I am using using the Heroku command as described here to detect bloat in tables. One of our tables reported a bloat size of around 7GB, but running vacuum on it, then running the same bloat command, reports close to 21GB of "waste". I have no idea how this can happen. I understand the various conditions under which a table can bloat, even this dramatically, but not after a vacuum, I have never seen such a case.

Any ideas why this might happen? The table in question does have a few TOAST tuples, perhaps that might be it. I also can't tell if that query from Heroku accounts for TOAST waste, but my understanding is that vacuum would take care of those as well. Local tests show the "waste" column from that bloat query staying pretty stable for small sizes and decreasing for larger values, but never an increase, which makes this rather strange.


All these queries that estimate bloat are not precise, but rely on heuristics.

If you want to find out the truth, install the pgstattuple extension and run the pgstattuple function on the table in question. That will tell you how much space is occupied by user data, dead tuples and empty space, respectively.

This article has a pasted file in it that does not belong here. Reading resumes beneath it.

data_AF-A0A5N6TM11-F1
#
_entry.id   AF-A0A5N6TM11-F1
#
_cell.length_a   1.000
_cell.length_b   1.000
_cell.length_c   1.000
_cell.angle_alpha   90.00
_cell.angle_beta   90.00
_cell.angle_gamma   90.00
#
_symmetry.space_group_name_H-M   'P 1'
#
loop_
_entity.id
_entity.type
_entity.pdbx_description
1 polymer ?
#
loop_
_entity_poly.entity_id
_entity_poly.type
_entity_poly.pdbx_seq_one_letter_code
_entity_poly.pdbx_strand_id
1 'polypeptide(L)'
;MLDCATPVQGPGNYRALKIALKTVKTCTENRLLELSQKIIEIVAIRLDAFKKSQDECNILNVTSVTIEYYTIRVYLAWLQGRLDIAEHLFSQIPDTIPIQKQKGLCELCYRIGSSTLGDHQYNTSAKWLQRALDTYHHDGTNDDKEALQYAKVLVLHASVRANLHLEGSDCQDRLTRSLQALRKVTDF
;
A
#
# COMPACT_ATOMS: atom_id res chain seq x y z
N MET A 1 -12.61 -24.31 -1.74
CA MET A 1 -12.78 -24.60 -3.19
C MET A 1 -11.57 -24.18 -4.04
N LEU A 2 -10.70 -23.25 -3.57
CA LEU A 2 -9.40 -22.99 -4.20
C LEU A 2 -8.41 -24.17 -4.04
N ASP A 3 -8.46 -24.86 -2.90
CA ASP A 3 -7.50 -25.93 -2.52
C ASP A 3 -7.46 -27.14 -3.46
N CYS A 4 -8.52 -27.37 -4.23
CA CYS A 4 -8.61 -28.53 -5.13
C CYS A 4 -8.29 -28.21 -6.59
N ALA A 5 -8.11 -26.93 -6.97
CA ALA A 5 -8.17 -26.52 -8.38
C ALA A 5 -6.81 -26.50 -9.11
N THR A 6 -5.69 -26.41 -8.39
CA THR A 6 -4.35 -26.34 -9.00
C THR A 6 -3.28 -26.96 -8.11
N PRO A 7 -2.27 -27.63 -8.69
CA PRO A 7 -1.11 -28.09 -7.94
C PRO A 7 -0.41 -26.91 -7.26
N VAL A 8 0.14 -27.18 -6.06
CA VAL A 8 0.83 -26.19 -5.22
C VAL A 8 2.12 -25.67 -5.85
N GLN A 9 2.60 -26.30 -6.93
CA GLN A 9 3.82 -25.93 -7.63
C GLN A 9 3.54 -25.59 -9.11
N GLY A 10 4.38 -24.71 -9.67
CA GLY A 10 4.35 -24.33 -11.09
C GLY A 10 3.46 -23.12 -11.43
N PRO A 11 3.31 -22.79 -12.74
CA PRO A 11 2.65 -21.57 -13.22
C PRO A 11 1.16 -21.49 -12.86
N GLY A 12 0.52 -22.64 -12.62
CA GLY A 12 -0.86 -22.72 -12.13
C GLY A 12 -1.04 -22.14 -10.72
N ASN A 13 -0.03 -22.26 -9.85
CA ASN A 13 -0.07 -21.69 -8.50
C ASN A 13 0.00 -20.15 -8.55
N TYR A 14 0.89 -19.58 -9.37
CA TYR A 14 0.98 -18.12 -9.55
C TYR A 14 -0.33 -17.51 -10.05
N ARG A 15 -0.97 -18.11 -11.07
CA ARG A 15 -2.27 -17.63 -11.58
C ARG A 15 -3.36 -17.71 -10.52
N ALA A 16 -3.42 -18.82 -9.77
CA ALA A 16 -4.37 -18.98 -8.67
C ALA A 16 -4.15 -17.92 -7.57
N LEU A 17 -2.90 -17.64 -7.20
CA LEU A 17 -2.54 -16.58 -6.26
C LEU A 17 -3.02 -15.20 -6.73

• Indeed, I know about this option but never used it, will try it, thanks.
    – m_w_k
    Dec 8 '19 at 19:36
  • Actually, while I have you Laurenz, even if this is heuristic, can it be that off? I mean, it's no longer possible to use this query safely if the delta is that big.
    – m_w_k
    Dec 8 '19 at 19:47
  • I didn't look at the query in question. These queries are usually good as a hint that you should maybe have a second look at the query. If you really suffer from bloat, you usually know because your database size is increasing out of proportion to the increase in data. Dec 8 '19 at 19:50
  • Yep, that's the case, but this bloat increase (more than 8 fold) happened after a vacuum, which tells me to not rely on this query anymore. Will see what the extension reports.
    – m_w_k
    Dec 8 '19 at 19:59

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